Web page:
Devising Valid Testing Procedures
It has proved extremely difficult to devise a valid biaxial test for a flat coupon that would avoid premature failures at the re-entrant corners and give a large region of uniform strain at the specimen centre. This was finally achieved using a combination of stress analysis and loading experiments, although it should be noted that the cruciform specimens require a weakening feature in the centre, to ensure a valid failure. This is not a limitation of tube testing, which is why this has had an essential part to play in the development of biaxial failure criteria.
What Can Biaxial Testing be Used to Test?
The basic cruciform coupon test can be used to measure basic material properties and also the behaviour of specific features of interest under biaxial loading conditions. This would include open holes, holes containing fasteners, impact damage sites and loaded fasteners. This last type of test is made possible by the bolt loading facility shown in Figure 1. Recent work has also examined the progression of fatigue damage under biaxial cyclic loading and measured the effects of through-thickness reinforcement.
Figure 1. Investigation of the loading of a bolt in a specimen under biaxial stress.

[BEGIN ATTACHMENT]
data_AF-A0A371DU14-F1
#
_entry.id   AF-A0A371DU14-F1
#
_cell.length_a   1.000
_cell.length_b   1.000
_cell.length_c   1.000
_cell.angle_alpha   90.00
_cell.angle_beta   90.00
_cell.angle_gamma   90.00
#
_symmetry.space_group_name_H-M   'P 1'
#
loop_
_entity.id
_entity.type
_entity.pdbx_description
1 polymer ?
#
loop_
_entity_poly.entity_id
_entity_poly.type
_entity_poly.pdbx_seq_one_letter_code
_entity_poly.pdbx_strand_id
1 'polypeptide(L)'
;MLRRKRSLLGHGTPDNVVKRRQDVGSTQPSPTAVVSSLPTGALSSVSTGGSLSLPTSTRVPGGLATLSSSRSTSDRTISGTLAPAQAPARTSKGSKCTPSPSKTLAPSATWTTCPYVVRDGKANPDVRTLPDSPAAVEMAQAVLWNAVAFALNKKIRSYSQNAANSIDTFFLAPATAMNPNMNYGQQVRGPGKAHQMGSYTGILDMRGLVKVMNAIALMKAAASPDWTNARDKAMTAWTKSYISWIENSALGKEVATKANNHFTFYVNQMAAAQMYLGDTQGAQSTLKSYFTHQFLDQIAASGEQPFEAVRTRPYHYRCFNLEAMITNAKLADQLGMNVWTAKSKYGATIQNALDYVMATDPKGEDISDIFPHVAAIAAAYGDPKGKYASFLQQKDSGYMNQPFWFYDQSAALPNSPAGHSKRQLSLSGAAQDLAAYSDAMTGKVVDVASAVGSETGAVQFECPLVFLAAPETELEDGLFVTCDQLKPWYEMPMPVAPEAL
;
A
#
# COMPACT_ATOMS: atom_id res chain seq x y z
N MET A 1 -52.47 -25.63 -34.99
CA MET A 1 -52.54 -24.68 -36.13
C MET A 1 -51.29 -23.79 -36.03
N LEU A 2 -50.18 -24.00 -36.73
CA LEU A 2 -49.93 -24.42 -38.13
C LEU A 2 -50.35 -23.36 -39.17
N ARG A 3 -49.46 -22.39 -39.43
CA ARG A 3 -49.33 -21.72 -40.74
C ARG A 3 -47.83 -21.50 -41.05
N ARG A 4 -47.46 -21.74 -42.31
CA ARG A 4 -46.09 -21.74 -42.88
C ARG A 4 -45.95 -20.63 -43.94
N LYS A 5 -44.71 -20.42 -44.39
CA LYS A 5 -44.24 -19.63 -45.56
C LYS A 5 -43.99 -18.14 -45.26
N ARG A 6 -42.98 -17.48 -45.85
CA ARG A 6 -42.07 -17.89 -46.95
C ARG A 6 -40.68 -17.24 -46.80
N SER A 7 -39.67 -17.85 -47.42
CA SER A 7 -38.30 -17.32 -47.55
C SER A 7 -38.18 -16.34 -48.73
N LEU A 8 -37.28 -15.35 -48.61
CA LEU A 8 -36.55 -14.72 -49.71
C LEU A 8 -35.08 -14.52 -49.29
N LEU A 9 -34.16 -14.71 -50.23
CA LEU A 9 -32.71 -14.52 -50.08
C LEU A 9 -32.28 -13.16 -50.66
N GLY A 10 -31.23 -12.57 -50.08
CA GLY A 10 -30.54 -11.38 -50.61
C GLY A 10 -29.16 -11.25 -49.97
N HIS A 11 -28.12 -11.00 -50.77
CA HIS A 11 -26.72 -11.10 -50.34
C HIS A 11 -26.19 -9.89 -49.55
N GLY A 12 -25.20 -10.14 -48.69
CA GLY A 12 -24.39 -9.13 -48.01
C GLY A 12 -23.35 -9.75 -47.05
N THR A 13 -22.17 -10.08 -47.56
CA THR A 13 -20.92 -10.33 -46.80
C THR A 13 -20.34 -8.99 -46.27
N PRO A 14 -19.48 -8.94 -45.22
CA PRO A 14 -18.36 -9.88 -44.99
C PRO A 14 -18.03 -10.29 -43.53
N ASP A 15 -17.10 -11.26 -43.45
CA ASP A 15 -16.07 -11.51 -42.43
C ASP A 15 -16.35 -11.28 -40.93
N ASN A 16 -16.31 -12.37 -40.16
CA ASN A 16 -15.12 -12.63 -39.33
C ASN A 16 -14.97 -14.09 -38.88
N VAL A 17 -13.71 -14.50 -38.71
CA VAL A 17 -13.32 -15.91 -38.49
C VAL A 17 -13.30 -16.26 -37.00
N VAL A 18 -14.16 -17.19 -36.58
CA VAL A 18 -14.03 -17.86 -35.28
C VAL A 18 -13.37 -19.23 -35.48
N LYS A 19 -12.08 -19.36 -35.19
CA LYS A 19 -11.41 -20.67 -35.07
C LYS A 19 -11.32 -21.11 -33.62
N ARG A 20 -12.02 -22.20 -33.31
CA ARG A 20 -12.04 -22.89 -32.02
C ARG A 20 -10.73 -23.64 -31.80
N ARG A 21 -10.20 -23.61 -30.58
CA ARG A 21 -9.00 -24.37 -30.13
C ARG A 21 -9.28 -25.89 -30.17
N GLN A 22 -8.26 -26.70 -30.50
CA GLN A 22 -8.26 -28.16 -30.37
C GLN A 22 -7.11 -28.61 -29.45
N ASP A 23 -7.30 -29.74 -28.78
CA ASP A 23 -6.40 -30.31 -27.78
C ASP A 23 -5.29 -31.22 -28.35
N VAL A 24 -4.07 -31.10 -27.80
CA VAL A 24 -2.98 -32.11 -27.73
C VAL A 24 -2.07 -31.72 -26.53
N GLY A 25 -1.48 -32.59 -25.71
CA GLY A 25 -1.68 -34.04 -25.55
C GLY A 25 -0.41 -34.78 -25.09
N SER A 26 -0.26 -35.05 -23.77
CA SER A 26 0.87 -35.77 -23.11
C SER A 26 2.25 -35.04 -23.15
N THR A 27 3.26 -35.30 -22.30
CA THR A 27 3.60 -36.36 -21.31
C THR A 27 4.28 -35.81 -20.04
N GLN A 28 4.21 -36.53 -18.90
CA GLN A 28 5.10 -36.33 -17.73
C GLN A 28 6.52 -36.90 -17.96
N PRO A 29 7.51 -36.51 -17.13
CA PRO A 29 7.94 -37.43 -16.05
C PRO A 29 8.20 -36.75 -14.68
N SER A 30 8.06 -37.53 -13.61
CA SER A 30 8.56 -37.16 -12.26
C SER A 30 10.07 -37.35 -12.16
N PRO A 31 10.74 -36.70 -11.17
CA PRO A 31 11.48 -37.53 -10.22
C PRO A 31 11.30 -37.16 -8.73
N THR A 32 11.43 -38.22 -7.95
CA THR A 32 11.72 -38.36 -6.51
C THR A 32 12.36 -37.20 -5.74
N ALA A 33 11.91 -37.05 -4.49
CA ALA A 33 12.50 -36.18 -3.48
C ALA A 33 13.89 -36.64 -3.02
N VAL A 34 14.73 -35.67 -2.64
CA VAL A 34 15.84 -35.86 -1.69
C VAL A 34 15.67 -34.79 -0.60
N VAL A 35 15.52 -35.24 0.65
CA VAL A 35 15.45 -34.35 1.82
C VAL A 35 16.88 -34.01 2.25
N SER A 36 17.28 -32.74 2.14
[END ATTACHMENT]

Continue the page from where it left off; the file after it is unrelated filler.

Recent Developments in Biaxial Testing
Within the last four years, it has been possible to test coupons containing three-dimensional structural features such as stiffener intersections in composite nacelle structures and composite bridge joints. When a test piece containing such a feature is designed, some approximation has to be made to give mock joint or structure with symmetry about the mid-plane, otherwise unwanted bending stresses arise during loading. The test specimen is end tabbed and stress analysed to ensure that load is transferred correctly into the joint. Once again, this design process involves close integration of numerical and experimental techniques, to ensure that the behaviour of the real structural feature of interest has been correctly reproduced. An obvious advantage with this approach is that the joint can be evaluated and developed while taking into account the surrounding structure and the global biaxial stress field that pertains. This permits the development of novel joint design to occur with considerably more confidence.
Limitations of the Testing Procedure